//Roam Russia: Moscow and St Petersburg

Roam Russia: Moscow and St Petersburg

The grand delights of St Petersburg and Moscow can be enjoyed year-round, underpinned by a dynamic cultural scene, writes Karl Cushing.

As Russia basks in the afterglow of its successful hosting of the 2018 FIFA World Cup, St Petersburg and Moscow, two of its major host cities, are rolling out the red carpet to visitors as never before. Both enjoy direct flights from the UK, and the two cities are linked by rail to each other in under four hours, making them a logical pairing. Trips are offered by everyone from Regent Holidays and Cox & Kings to Intrepid Travel. Factor in the recent strength of the pound against the ruble and it’s a great time to visit.

St Petersburg

Peter the Great’s grand and elegant St Petersburg gives many visitors their first taste of Russia. Often this will be on a cruise stopover – the city’s location at the mouth of the Neva River has made it a firm fixture on Baltic cruises. Passengers can stay visa-free for 72 hours if they stick to the line’s group tours or book with an independent company that holds the right licence.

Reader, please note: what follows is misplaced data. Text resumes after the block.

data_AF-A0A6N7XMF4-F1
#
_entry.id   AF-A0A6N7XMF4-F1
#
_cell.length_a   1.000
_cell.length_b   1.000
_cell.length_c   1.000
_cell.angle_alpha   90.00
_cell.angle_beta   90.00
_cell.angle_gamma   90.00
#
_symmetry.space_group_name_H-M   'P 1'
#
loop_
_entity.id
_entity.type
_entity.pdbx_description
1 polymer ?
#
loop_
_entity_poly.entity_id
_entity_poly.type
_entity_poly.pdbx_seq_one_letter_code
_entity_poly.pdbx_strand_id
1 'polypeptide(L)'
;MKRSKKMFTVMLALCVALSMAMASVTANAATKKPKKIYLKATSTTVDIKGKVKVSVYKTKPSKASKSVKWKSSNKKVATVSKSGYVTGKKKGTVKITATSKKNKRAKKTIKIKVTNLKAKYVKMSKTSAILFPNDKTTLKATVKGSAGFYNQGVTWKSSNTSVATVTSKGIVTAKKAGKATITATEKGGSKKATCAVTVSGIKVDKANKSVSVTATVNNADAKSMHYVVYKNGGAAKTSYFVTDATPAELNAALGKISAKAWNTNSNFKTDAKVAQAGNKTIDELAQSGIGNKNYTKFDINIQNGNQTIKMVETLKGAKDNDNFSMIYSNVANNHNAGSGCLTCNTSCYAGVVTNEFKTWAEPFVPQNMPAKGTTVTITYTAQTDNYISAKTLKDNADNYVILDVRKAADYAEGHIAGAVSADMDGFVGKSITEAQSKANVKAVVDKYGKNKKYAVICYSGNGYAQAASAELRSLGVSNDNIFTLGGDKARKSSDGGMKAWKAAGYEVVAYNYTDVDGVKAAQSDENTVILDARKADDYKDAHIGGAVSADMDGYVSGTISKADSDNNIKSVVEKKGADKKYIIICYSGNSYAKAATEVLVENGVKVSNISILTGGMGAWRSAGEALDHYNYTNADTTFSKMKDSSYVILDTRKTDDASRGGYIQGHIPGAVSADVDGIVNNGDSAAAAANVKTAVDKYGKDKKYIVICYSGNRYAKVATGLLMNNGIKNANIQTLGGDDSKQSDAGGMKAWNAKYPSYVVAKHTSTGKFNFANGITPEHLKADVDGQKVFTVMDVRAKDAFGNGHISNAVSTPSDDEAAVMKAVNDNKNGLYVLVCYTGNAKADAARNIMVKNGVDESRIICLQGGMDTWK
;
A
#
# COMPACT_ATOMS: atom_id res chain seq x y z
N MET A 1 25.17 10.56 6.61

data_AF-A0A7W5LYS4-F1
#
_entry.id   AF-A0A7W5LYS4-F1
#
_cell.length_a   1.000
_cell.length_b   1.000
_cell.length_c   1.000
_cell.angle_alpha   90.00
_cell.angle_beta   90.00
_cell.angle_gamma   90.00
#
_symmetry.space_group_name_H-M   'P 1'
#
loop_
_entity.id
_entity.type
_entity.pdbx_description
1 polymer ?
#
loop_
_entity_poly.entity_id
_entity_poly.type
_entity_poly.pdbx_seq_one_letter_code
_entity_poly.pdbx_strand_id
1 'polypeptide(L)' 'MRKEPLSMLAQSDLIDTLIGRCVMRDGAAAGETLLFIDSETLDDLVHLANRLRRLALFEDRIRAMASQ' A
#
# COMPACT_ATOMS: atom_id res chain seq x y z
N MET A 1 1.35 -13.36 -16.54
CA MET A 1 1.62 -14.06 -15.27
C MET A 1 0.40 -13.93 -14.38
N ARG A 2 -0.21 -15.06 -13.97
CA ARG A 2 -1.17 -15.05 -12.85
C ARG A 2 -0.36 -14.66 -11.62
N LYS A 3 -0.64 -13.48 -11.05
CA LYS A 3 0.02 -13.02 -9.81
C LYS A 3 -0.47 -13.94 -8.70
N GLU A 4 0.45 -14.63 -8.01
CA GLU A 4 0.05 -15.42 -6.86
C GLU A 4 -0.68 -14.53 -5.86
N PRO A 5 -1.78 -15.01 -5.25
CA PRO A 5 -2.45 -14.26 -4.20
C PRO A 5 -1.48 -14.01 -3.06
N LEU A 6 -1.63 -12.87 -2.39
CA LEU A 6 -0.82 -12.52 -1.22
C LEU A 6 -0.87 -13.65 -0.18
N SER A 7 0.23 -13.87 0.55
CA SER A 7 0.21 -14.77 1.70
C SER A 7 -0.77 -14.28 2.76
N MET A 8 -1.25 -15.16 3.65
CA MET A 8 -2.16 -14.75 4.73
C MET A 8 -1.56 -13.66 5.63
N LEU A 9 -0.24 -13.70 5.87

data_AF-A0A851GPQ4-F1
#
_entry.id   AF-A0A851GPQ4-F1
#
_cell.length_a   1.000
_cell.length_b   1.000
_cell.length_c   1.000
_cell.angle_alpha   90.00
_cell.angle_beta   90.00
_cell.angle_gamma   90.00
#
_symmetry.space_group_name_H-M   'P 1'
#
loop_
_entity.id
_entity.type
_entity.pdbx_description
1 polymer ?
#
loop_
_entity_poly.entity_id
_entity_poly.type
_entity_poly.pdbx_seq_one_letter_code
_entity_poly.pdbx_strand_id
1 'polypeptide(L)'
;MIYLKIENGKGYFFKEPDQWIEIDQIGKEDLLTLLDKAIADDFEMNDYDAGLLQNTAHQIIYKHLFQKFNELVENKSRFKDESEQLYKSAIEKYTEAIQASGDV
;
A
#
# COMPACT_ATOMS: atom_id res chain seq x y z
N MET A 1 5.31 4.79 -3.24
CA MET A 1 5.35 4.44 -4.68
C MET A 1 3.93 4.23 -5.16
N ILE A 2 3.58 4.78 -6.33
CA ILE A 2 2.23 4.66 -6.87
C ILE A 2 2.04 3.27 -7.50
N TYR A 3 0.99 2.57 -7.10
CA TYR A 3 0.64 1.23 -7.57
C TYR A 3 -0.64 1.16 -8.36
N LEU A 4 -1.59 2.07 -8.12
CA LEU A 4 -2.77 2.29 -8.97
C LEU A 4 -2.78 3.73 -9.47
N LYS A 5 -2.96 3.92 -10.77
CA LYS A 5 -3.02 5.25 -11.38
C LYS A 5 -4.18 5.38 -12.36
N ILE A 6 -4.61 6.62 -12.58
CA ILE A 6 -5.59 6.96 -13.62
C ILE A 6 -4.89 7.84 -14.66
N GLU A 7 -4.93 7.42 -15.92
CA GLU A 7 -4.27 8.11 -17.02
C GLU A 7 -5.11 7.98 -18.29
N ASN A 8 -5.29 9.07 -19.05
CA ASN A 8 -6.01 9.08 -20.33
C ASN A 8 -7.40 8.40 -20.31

Known for its bridges, rivers and canals, the former capital’s nickname ‘Venice of the North’ hints at its beguiling charms; boat tours offer a great way to gaze upon its Baroque façades. Back on land, the city is replete with major cultural sites such as St Isaac’s Cathedral, the Russian Museum and the spectacular Hermitage State Museum at the Winter Palace, with its daunting range of exhibits. Other attractions are given freely, such as strolling the banks of the Neva or the many landscaped open spaces such as Mikhailovsky Garden, Summer Garden and New Holland Island.

The city truly comes alive with the thawing of the winter snow, the White Nights of late May to mid July triggering a city-wide wave of celebrations; Mariinsky Theatre runs its fabulous Stars of the White Nights programme, while outside under the midsummer skies outdoor concerts and events such as late June’s Scarlet Sails take place.

Towards September end the Golden Autumn sees the turning leaves paint the city with another stunning backdrop. In winter, a snowbound St Petersburg takes on a magical quality, with its frozen canals and snowcapped buildings. There’s much to do, from ballet and classical concerts during the International Winter Festival to outdoors ice skating and Troika rides at Pavlovsk Palace. At Christmastime, experience local traditions with tours such as Insight Vacations’ Easy Pace Russia with Christmas Markets.